Finally, nosing the Glendronach from 1995 of which we have quite high expectations. A heavy fragrance fills the air with rum-soaked raisins, hints of inner bicycle tube and blackberry muffins overly-filled with blackberries. Clearly, we are in the territory of Pedro X., but it is not cloyingly sweet. There is a strong smell of all kinds of honey, accompanied by some floral notes (sweet) and a light sense of fresh fruitiness. Add to that subtle hints of caramel, jasmine tea, and chocolate brownies. It does not feel very old, in fact, younger than the 18-year-old Allardice that I recently tried. And what I like is that there is a sense of the distillery’s character, although it tries quite well to hide behind the sherry. More honey, fudge, short bread cookies (covered with honey). A fairly satisfying, though not overly complex, nose.
Again beginning with the Miltonduff which, as expected, proves to be a feisty one. Besides the alcohol overload, I can find mostly dry Oloroso notes. Water then. Better, but still not great. Bitter wood, cry cacoa powder, 100% pure chocolate, peppercorns. I find it pretty tannic, acidic, some balsamico and peppered raisins.
The palate of the Bunnahabhain PX finish brings a sweet opening on the tongue, which is side-kicked by modest spices. Figs, orange skin, overripe red apples, purple prunes, build up onto a long drying aftertaste containing multiple spices and herbs. There is dragon, rosemary, sage, nutmeg, cinnamon and fennel. Lovely. Obviously, we find lots of typical sherry note (raisins, dried figs, chocolate cake), but also leather, lavender, and cranberry juice in the aftertaste. It would say the balance is utterly perfect. Again, the PX really supplements the influence of the (refill?) Oloroso. We do probably not taste too much of the distillery, we this time we don’t mind. We just enjoy it.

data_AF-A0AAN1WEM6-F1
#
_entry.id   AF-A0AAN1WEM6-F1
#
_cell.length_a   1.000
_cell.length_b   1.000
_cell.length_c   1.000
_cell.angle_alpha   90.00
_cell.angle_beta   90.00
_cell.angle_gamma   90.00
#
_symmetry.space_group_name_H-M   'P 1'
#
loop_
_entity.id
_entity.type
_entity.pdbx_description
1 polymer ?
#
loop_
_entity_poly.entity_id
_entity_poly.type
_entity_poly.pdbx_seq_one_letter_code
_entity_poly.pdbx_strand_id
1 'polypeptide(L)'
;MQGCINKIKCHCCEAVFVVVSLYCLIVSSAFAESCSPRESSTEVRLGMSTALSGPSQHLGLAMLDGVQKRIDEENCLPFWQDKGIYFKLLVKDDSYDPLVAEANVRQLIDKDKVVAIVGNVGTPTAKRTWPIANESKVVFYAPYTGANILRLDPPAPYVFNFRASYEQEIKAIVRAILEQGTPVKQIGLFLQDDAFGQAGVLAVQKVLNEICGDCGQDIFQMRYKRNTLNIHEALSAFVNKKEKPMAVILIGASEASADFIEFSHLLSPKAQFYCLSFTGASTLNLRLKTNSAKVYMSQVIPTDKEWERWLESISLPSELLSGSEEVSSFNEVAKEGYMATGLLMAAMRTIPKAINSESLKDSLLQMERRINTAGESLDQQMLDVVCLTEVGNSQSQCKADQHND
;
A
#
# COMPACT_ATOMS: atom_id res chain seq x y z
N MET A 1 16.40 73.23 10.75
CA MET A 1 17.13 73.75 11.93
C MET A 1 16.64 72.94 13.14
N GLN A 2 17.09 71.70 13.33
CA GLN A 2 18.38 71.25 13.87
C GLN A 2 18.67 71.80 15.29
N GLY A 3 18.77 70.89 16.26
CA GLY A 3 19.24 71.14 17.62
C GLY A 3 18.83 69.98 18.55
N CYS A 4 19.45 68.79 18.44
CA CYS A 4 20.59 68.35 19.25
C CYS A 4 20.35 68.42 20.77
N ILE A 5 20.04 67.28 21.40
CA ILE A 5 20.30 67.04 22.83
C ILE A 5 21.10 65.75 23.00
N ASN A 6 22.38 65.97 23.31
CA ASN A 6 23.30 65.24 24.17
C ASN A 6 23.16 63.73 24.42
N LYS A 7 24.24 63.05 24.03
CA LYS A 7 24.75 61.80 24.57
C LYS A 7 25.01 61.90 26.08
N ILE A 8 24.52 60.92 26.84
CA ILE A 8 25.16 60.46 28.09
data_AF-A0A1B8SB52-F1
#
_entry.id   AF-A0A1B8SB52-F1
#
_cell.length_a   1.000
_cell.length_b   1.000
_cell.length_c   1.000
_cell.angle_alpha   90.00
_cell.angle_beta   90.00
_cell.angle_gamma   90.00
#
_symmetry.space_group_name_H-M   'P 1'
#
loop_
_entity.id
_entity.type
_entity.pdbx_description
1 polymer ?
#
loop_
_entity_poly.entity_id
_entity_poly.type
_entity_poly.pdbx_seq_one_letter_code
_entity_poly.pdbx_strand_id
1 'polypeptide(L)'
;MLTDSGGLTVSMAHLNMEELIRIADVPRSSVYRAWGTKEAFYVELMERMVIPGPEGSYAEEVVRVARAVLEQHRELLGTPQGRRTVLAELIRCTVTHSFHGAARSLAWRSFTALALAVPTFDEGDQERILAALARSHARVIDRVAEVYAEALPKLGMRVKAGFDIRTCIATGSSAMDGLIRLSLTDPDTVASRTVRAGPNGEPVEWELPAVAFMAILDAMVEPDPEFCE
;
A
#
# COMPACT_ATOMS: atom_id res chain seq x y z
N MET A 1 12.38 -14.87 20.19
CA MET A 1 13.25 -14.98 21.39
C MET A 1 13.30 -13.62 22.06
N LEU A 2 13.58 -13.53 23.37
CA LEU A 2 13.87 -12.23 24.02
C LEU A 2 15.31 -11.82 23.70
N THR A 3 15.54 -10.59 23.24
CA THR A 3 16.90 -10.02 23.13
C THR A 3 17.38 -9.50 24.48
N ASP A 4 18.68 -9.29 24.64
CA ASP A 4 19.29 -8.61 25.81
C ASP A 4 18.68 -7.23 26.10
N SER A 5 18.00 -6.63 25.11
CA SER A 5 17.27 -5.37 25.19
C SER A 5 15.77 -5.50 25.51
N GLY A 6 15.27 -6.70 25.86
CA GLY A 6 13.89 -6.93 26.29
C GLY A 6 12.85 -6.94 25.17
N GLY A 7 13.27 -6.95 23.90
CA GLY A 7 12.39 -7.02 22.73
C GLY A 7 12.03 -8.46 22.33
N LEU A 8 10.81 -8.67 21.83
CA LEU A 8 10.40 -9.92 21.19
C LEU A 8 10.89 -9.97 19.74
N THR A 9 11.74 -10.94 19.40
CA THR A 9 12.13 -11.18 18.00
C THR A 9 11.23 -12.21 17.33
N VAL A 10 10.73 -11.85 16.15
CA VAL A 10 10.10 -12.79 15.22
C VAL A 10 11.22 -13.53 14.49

Again, we finally go for the highly regarded Glendronach. Can it beat the the excellent Bunnahabhain that we just tasted? Sweet, floral, and slightly drying are the first impressions. Gentle sweetness, accompanied by dusty libraries filled with old books and leather chairs, at least what I imagine these could taste like. I did not actually go licking my way into one of them, of course. Crackers with honey, accompanied by a strong peppermint tea. I must say that I was more a fan of the nose. Grapes, white and red, dried figs, and a hint of molasses and gunpowder. It gets slightly cloying after a while. The development is fair, the very drying finish with quite some tannins playing their role is less pleasant. The aftertaste brings roses, raisins, rosemary, red grape juice and rambling sherry and is satisfying long. I even get a clear hint of strawberries after a while.
One overall conclusion is that we did not come anywhere close to tasting something from the distillery character of these three producers. However, these would be perfect for sherry lovers. I, for one, am not particularly part of that ensemble, however, the composure of the Bunnahabhain and to a lesser extend the GlenDronach, did even charm me.Therefore, I could definitely recommend these two sherry monsters. The Miltonduff was much too much young sherry for my liking. Probably, one to try before you buy.
Big thanks to for sharing the samples!
• these are my personal views, so do not take them too seriously… nothing beats tasting these for yourself •